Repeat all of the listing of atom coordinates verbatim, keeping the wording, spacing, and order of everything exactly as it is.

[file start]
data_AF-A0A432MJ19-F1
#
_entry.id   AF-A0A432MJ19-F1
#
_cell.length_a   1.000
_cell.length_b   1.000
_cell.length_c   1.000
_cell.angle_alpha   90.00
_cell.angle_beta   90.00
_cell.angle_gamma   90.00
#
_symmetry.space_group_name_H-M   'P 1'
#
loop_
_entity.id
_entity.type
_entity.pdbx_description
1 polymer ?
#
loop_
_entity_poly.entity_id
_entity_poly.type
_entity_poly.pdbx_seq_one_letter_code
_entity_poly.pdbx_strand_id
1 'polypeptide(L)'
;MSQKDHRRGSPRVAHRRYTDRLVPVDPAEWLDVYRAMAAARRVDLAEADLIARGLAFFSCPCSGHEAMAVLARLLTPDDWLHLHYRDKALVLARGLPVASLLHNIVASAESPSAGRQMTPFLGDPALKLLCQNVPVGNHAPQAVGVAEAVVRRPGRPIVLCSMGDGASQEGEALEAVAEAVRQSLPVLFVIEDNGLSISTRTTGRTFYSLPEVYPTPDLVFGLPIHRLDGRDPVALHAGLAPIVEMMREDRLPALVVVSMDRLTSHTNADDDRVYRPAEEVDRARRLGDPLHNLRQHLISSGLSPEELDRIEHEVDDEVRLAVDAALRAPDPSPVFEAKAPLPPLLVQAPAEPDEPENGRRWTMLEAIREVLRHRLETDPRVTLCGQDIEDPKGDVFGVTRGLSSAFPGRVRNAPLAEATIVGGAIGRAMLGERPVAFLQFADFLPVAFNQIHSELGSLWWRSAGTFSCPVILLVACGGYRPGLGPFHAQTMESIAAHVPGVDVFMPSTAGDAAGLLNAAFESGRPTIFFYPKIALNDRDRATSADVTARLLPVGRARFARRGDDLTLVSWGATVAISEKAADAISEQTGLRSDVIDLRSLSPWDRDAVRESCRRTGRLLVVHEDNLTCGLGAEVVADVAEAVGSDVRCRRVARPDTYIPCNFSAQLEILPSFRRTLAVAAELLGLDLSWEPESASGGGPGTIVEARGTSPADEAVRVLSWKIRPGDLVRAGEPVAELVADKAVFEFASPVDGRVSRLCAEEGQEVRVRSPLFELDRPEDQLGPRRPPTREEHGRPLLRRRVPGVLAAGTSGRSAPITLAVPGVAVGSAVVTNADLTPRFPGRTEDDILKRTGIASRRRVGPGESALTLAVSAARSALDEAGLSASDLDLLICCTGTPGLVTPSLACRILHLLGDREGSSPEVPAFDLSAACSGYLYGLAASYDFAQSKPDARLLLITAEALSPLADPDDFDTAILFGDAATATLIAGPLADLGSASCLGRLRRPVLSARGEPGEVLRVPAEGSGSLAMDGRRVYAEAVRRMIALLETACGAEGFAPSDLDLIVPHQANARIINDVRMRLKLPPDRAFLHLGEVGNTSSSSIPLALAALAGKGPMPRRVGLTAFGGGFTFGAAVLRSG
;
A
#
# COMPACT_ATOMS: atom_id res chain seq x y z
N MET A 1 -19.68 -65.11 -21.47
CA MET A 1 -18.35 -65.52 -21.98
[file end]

data_AF-A0A432MJ19-F1
#
_entry.id   AF-A0A432MJ19-F1
#
_cell.length_a   1.000
_cell.length_b   1.000
_cell.length_c   1.000
_cell.angle_alpha   90.00
_cell.angle_beta   90.00
_cell.angle_gamma   90.00
#
_symmetry.space_group_name_H-M   'P 1'
#
loop_
_entity.id
_entity.type
_entity.pdbx_description
1 polymer ?
#
loop_
_entity_poly.entity_id
_entity_poly.type
_entity_poly.pdbx_seq_one_letter_code
_entity_poly.pdbx_strand_id
1 'polypeptide(L)'
;MSQKDHRRGSPRVAHRRYTDRLVPVDPAEWLDVYRAMAAARRVDLAEADLIARGLAFFSCPCSGHEAMAVLARLLTPDDWLHLHYRDKALVLARGLPVASLLHNIVASAESPSAGRQMTPFLGDPALKLLCQNVPVGNHAPQAVGVAEAVVRRPGRPIVLCSMGDGASQEGEALEAVAEAVRQSLPVLFVIEDNGLSISTRTTGRTFYSLPEVYPTPDLVFGLPIHRLDGRDPVALHAGLAPIVEMMREDRLPALVVVSMDRLTSHTNADDDRVYRPAEEVDRARRLGDPLHNLRQHLISSGLSPEELDRIEHEVDDEVRLAVDAALRAPDPSPVFEAKAPLPPLLVQAPAEPDEPENGRRWTMLEAIREVLRHRLETDPRVTLCGQDIEDPKGDVFGVTRGLSSAFPGRVRNAPLAEATIVGGAIGRAMLGERPVAFLQFADFLPVAFNQIHSELGSLWWRSAGTFSCPVILLVACGGYRPGLGPFHAQTMESIAAHVPGVDVFMPSTAGDAAGLLNAAFESGRPTIFFYPKIALNDRDRATSADVTARLLPVGRARFARRGDDLTLVSWGATVAISEKAADAISEQTGLRSDVIDLRSLSPWDRDAVRESCRRTGRLLVVHEDNLTCGLGAEVVADVAEAVGSDVRCRRVARPDTYIPCNFSAQLEILPSFRRTLAVAAELLGLDLSWEPESASGGGPGTIVEARGTSPADEAVRVLSWKIRPGDLVRAGEPVAELVADKAVFEFASPVDGRVSRLCAEEGQEVRVRSPLFELDRPEDQLGPRRPPTREEHGRPLLRRRVPGVLAAGTSGRSAPITLAVPGVAVGSAVVTNADLTPRFPGRTEDDILKRTGIASRRRVGPGESALTLAVSAARSALDEAGLSASDLDLLICCTGTPGLVTPSLACRILHLLGDREGSSPEVPAFDLSAACSGYLYGLAASYDFAQSKPDARLLLITAEALSPLADPDDFDTAILFGDAATATLIAGPLADLGSASCLGRLRRPVLSARGEPGEVLRVPAEGSGSLAMDGRRVYAEAVRRMIALLETACGAEGFAPSDLDLIVPHQANARIINDVRMRLKLPPDRAFLHLGEVGNTSSSSIPLALAALAGKGPMPRRVGLTAFGGGFTFGAAVLRSG
;
A
#
# COMPACT_ATOMS: atom_id res chain seq x y z
N MET A 1 -19.68 -65.11 -21.47
CA MET A 1 -18.35 -65.52 -21.98